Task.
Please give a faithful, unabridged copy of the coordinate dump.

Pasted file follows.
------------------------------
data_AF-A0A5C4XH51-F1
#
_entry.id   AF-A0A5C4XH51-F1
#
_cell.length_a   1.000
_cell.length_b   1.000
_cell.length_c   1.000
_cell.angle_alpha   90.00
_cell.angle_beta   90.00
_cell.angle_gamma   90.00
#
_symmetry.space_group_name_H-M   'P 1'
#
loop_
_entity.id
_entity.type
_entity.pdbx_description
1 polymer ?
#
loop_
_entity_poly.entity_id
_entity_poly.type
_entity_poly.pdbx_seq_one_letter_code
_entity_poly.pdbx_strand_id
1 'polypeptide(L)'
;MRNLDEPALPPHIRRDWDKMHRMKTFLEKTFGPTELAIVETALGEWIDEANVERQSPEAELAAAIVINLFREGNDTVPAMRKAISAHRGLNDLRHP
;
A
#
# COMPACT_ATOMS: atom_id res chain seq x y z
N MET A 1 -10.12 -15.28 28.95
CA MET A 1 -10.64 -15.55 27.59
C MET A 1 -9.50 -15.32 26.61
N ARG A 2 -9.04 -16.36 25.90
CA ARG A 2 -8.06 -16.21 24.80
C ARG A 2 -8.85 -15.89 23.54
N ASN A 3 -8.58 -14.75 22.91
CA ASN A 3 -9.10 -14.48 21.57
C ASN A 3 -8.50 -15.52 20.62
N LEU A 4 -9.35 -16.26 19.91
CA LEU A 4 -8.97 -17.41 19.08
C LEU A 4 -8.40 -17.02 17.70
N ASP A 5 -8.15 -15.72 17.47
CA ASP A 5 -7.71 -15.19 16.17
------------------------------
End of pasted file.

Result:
data_AF-A0A5C4XH51-F1
#
_entry.id   AF-A0A5C4XH51-F1
#
_cell.length_a   1.000
_cell.length_b   1.000
_cell.length_c   1.000
_cell.angle_alpha   90.00
_cell.angle_beta   90.00
_cell.angle_gamma   90.00
#
_symmetry.space_group_name_H-M   'P 1'
#
loop_
_entity.id
_entity.type
_entity.pdbx_description
1 polymer ?
#
loop_
_entity_poly.entity_id
_entity_poly.type
_entity_poly.pdbx_seq_one_letter_code
_entity_poly.pdbx_strand_id
1 'polypeptide(L)'
;MRNLDEPALPPHIRRDWDKMHRMKTFLEKTFGPTELAIVETALGEWIDEANVERQSPEAELAAAIVINLFREGNDTVPAMRKAISAHRGLNDLRHP
;
A
#
# COMPACT_ATOMS: atom_id res chain seq x y z
N MET A 1 -10.12 -15.28 28.95
CA MET A 1 -10.64 -15.55 27.59
C MET A 1 -9.50 -15.32 26.61
N ARG A 2 -9.04 -16.36 25.90
CA ARG A 2 -8.06 -16.21 24.80
C ARG A 2 -8.85 -15.89 23.54
N ASN A 3 -8.58 -14.75 22.91
CA ASN A 3 -9.10 -14.48 21.57
C ASN A 3 -8.50 -15.52 20.62
N LEU A 4 -9.35 -16.26 19.91
CA LEU A 4 -8.97 -17.41 19.08
C LEU A 4 -8.40 -17.02 17.70
N ASP A 5 -8.15 -15.72 17.47
CA ASP A 5 -7.71 -15.19 16.17